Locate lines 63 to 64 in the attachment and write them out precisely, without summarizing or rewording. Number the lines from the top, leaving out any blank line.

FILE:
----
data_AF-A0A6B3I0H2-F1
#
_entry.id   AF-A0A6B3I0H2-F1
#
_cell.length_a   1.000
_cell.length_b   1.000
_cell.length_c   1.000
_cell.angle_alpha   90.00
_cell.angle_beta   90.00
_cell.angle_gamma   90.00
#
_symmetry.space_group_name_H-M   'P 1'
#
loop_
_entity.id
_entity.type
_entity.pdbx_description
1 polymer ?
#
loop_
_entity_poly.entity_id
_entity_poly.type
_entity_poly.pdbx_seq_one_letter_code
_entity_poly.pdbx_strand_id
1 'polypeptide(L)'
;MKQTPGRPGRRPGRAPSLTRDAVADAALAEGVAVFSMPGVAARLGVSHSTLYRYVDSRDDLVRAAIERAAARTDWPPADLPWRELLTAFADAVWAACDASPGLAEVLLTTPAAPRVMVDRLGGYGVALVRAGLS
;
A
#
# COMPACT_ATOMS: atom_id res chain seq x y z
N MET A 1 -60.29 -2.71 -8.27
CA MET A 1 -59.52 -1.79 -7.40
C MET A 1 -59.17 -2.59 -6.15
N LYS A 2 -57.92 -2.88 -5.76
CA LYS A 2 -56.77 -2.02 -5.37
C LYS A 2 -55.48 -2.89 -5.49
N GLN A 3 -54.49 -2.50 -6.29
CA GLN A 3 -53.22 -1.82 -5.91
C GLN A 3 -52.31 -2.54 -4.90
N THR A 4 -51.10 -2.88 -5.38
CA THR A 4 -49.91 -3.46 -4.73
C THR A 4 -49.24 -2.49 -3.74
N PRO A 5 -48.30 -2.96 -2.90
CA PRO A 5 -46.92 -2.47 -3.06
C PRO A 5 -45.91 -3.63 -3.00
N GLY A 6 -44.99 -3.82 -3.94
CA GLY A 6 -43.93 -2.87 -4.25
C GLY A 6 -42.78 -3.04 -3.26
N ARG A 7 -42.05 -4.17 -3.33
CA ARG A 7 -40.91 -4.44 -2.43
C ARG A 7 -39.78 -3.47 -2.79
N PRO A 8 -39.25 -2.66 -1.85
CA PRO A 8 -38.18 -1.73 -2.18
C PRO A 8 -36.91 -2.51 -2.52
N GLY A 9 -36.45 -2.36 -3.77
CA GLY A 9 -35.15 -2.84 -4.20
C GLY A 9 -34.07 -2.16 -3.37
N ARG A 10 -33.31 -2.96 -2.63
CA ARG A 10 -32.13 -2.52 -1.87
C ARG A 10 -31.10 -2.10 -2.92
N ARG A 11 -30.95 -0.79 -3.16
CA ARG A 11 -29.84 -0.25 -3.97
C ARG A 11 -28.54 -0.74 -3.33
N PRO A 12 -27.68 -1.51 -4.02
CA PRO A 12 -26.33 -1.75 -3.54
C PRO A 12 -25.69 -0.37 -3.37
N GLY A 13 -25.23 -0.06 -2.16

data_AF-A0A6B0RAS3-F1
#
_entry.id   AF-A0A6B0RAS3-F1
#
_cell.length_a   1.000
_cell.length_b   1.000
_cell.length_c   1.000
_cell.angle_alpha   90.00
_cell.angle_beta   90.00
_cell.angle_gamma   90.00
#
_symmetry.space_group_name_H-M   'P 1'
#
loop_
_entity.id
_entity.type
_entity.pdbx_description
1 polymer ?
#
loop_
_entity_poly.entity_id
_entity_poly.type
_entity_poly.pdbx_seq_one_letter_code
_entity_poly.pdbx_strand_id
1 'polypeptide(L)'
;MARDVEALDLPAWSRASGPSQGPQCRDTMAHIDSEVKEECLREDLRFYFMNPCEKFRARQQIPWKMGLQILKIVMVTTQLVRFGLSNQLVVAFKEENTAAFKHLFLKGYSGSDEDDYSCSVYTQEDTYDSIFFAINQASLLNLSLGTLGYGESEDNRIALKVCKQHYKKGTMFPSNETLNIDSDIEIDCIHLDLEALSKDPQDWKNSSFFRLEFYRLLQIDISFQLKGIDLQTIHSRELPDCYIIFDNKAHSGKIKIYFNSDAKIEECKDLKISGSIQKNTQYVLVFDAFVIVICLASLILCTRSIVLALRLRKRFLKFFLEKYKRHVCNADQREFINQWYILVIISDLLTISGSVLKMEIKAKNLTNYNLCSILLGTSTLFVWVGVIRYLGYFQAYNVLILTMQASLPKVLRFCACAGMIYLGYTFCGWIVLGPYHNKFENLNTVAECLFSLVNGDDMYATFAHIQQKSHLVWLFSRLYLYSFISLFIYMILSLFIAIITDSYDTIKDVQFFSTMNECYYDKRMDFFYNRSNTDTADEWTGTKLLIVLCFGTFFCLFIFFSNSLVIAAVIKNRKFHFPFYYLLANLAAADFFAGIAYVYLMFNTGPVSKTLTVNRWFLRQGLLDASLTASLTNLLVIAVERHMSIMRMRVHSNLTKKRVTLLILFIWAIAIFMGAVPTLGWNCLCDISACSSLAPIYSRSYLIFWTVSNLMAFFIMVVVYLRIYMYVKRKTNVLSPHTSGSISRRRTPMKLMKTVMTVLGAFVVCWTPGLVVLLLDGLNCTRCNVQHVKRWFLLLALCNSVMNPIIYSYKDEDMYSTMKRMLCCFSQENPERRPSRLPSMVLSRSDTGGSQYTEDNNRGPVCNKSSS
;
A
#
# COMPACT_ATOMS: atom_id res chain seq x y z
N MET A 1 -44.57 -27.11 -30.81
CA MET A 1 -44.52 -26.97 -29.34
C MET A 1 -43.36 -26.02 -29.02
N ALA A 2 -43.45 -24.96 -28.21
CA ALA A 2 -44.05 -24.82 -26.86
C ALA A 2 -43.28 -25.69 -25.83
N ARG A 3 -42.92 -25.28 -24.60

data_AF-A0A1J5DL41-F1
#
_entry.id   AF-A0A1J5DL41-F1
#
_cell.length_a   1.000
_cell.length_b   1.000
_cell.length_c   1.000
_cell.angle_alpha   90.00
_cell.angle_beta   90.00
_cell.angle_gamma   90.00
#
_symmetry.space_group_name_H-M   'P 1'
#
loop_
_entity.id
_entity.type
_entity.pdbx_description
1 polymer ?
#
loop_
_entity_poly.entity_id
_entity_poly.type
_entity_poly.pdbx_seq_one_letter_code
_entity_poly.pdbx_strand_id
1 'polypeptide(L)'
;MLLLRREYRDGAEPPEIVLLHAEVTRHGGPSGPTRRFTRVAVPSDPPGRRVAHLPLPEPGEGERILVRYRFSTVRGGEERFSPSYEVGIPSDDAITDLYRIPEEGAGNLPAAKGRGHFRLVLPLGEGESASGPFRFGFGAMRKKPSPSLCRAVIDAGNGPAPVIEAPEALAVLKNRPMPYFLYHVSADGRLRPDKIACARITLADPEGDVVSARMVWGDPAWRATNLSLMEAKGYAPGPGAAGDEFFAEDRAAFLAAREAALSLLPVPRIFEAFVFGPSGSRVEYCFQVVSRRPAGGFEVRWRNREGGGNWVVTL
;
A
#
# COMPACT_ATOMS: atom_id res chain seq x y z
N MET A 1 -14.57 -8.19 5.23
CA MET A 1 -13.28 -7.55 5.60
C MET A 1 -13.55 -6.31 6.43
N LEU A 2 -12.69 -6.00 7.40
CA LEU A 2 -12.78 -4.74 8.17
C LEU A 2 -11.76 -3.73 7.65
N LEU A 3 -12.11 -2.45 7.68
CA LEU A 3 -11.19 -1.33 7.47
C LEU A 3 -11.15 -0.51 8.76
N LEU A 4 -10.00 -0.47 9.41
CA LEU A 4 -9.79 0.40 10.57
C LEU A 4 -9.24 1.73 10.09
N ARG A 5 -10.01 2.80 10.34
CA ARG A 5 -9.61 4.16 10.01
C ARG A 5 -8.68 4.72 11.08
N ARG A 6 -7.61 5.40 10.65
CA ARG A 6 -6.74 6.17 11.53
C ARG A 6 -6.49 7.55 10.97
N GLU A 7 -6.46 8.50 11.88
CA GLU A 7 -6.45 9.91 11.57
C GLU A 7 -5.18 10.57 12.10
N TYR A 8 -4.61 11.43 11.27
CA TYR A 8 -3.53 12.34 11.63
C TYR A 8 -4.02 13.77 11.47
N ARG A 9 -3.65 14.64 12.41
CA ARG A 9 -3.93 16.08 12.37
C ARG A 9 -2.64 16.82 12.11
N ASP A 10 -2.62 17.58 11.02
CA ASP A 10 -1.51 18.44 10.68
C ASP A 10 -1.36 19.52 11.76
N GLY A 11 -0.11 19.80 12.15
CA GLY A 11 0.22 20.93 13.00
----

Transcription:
C ARG A 11 -28.54 -0.74 -3.33
N PRO A 12 -27.68 -1.51 -4.02